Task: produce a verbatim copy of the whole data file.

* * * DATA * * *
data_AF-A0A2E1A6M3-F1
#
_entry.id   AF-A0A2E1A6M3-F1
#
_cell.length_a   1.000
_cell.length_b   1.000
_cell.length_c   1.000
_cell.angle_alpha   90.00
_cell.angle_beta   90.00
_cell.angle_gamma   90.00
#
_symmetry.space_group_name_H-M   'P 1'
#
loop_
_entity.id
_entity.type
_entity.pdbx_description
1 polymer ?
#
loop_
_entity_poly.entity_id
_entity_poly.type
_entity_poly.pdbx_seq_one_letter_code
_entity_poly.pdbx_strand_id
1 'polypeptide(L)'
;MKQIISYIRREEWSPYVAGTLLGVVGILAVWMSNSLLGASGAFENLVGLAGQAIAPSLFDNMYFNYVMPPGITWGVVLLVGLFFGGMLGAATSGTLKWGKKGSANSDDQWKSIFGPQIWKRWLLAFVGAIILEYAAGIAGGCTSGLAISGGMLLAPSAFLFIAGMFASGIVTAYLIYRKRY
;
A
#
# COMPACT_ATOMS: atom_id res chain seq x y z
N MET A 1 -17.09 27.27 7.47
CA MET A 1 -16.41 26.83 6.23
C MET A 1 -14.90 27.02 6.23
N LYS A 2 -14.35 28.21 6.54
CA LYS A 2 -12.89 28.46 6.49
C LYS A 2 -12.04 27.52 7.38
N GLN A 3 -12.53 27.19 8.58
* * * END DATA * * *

data_AF-A0A2E1A6M3-F1
#
_entry.id   AF-A0A2E1A6M3-F1
#
_cell.length_a   1.000
_cell.length_b   1.000
_cell.length_c   1.000
_cell.angle_alpha   90.00
_cell.angle_beta   90.00
_cell.angle_gamma   90.00
#
_symmetry.space_group_name_H-M   'P 1'
#
loop_
_entity.id
_entity.type
_entity.pdbx_description
1 polymer ?
#
loop_
_entity_poly.entity_id
_entity_poly.type
_entity_poly.pdbx_seq_one_letter_code
_entity_poly.pdbx_strand_id
1 'polypeptide(L)'
;MKQIISYIRREEWSPYVAGTLLGVVGILAVWMSNSLLGASGAFENLVGLAGQAIAPSLFDNMYFNYVMPPGITWGVVLLVGLFFGGMLGAATSGTLKWGKKGSANSDDQWKSIFGPQIWKRWLLAFVGAIILEYAAGIAGGCTSGLAISGGMLLAPSAFLFIAGMFASGIVTAYLIYRKRY
;
A
#
# COMPACT_ATOMS: atom_id res chain seq x y z
N MET A 1 -17.09 27.27 7.47
CA MET A 1 -16.41 26.83 6.23
C MET A 1 -14.90 27.02 6.23
N LYS A 2 -14.35 28.21 6.54
CA LYS A 2 -12.89 28.46 6.49
C LYS A 2 -12.04 27.52 7.38
N GLN A 3 -12.53 27.19 8.58